# Data.frame/table brass tacks (the pointy part)

Matt Dowle and Arun Srinivasan’s1 data.table package is a data.frame twin with amazing performance. Often, it’s the fastest way to operate on in-memory tabular data, period (not just in R!).

I’ve used data.table for performance reasons in projects for many years now. There are a few things to watch out for outlined in these notes (I have stumbled across both in practice). Fortunately they are not that problematic to deal with.

## Data.frames

R’s data.frame is simply an R list with extra attributes: class = “data.frame” and row.names = (integer or character vector of row names). Data.frame column names (if any) are taken from the list names.

That is, you can make a data.frame the usual way:

x <- data.frame(v = 1:2, a = c(pi, 5))

or, like this if you prefer2:

y <- structure(
list(v = 1:2, a = c(pi, 5)),
class = "data.frame",
row.names = 1:2)
all.equal(x, y)
## [1] TRUE

R defines the number of rows of a data.frame to be the length of its row.names vector attribute. The number of columns is simply the length of the list.

This simple scheme is very flexible! Each data.frame list entry (column) is effectively a memory pointer to a native R vector. And usually, R tries to defer copying data until it must. Consider the following example run on my laptop with 8GB RAM:

system.time({
x <- runif(4e8)
y <- runif(4e8, 0, 10)
})
##    user  system elapsed
##  15.195   2.282  17.523
system.time({d <- data.frame(y, x)})
##    user  system elapsed
##   0.000   0.001   0.000

Each vector x and y consume about 3GB of RAM for a total of about 6GB. Creation of the data.frame d above happens instantly without data copy because its columns simply contain pointers to y and x. (Of course, subsequently modifying the values would induce a copy.)

Re-arranging columns in a data.frame simply re-arranges pointers and need not always copy data:

system.time({print(tail(d[, order(names(d))]))})
##                   x        y
## 399999995 0.4109185 7.576306
## 399999996 0.3578239 7.045663
## 399999997 0.3312816 7.116747
## 399999998 0.6940979 3.164837
## 399999999 0.2465026 5.793221
## 400000000 0.8413648 7.473116
##    user  system elapsed
##   0.003   0.000   0.006

That operation (ordering columns and printing the tail) ran almost instantly on my laptop.

## Data.table corner cases

Data.tables are blobs of data behind a reference pointer that (mostly) emulate standard data.frame structure and behavior. They are almost always faster and more efficient than standard R data.frames (and I often encourage their use), but there exist situations where plain old data.frames can be more efficient.

First, let’s run rm and gc to free up the 6GB memory used by the previous example before proceeding:

rm(list = ls())
gc()
##          used (Mb) gc trigger   (Mb)  max used   (Mb)
## Ncells 462458 24.7     973298   52.0    665888   35.6
## Vcells 869100  6.7  924660767 7054.7 800959386 6110.9

Now consider this:

library(data.table)
system.time({
dt <- data.table(x = runif(4e8), y = runif(4e8, 0, 10))
})
##    user  system elapsed
##  13.979  17.280 129.837

Why did that take so long? Because data.table made copies of the data, which happen to be larger than the RAM in my laptop in this case, and thus operating system swap was involved.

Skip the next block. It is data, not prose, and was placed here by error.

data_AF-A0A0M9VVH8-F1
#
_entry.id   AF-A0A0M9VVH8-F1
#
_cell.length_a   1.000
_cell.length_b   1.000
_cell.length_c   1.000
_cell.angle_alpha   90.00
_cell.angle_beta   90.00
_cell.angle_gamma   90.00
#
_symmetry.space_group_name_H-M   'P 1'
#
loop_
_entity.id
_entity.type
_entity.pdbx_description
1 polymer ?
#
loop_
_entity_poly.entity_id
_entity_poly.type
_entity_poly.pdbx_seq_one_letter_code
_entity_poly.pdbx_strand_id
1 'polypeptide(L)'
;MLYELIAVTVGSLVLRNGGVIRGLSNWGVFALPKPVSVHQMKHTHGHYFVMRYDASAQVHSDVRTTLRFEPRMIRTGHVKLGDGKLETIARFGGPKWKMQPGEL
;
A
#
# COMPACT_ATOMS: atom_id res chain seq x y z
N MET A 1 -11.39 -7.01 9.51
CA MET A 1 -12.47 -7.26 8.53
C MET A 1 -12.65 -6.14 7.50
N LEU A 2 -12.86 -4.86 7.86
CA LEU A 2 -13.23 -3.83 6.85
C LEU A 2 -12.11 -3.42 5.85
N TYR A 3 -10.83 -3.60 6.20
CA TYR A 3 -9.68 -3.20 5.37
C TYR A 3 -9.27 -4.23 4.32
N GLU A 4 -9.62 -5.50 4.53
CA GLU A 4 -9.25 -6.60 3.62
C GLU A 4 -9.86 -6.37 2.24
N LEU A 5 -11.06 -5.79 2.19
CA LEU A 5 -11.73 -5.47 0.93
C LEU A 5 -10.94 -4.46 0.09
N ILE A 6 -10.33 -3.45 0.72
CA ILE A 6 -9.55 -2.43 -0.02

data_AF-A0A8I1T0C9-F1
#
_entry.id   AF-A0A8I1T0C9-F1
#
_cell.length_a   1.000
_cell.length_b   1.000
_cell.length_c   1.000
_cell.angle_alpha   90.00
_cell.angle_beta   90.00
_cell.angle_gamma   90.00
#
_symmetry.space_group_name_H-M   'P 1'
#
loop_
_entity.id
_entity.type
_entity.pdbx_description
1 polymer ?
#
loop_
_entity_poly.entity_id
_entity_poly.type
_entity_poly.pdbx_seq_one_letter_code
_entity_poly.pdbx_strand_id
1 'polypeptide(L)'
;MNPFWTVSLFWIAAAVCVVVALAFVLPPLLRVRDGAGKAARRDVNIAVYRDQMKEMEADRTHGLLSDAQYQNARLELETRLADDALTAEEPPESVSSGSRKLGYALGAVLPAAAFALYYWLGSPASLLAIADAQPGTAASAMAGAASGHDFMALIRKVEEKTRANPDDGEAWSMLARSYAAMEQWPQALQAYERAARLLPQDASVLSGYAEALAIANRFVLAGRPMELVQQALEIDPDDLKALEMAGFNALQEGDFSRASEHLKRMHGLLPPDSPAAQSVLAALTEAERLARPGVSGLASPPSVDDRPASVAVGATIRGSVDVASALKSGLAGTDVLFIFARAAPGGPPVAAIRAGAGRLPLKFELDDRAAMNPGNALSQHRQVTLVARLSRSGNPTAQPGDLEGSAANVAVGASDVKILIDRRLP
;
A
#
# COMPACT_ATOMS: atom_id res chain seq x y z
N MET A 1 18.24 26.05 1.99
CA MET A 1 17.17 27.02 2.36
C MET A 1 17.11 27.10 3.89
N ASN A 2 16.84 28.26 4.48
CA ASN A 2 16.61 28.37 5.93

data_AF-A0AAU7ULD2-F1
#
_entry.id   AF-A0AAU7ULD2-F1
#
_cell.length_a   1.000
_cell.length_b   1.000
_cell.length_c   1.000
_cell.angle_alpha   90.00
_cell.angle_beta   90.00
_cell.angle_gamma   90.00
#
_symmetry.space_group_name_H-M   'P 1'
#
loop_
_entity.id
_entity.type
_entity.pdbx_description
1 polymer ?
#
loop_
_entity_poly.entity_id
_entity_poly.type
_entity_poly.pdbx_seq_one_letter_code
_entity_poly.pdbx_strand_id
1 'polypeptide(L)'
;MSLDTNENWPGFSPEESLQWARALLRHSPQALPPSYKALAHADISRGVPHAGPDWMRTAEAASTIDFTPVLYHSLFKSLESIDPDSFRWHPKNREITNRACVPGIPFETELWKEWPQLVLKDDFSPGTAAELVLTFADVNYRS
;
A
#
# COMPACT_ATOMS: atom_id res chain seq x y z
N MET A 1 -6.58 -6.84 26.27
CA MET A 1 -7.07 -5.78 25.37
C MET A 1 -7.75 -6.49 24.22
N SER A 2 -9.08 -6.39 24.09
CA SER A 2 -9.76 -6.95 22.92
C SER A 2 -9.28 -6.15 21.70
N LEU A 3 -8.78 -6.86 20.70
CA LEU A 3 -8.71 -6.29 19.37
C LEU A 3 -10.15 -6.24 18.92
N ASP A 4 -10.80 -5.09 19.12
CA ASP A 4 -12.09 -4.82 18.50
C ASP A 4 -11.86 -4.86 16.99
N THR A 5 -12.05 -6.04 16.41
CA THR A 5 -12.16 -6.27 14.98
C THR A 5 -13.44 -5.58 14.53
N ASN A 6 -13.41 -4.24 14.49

Somewhat more problematically, unlike base-R data.frames, simply re-ordering data.table columns sometimes induces data copies. For example:

system.time({print(tail(dt[, order(names(dt)), with = FALSE]))})
##             x          y
## 1: 0.21629333 9.35813882
## 2: 0.42472695 0.71434654
## 3: 0.28599030 8.08345845
## 4: 0.07070132 5.94907941
## 5: 0.23969760 0.01440646
## 6: 0.28483723 8.35151906
##    user  system elapsed
##   1.669  13.798  88.547

That’s a bit of a bummer–watch out for it. The work around here is usually to try to use “the data.table way” as much as possible to solve problems.

## Data.table function arguments

Another brass tack with data.table that you should be aware of is that data.table function arguments are call-by-reference, unlike the standard R function argument call-by-value convention. (See, for instance, https://cran.r-project.org/doc/manuals/r-release/R-lang.html#Argument-evaluation). I’ve actually personally wrestled with hard-to-find bugs resulting from this, so it is something to watch out for. To be fair, environment function arguments are also call-by-reference in R, so it may help to think of data.tables like that.

## Sort order

Be aware that data.table sorts using the ‘C’ locale (ASCII, basically), which is almost certainly not the way your R session defaults to sorting things.

Here is an example:

set.seed(1)
a <- sample(c(letters, LETTERS), 10)

x <- data.table(a = a)
setkeyv(x, "a")  # sort the data.table by the contents of 'a'
a <- sort(a)     # sort 'a' in plain old R and compare:
cbind(x, a)
##     a a
##  1: G a
##  2: H d
##  3: M G
##  4: Q H
##  5: a M
##  6: d n
##  7: n Q
##  8: r r
##  9: u u
## 10: w w

Forcing R to use the C local makes the sort order the same:

Sys.setlocale("LC_COLLATE", "C")
## [1] "C"
a <- sort(a)
cbind(x, a)
##     a a
##  1: G G
##  2: H H
##  3: M M
##  4: Q Q
##  5: a a
##  6: d d
##  7: n n
##  8: r r
##  9: u u
## 10: w w

1. along with many other contributors

2. Mostly, there are some edge-case exceptions to this however!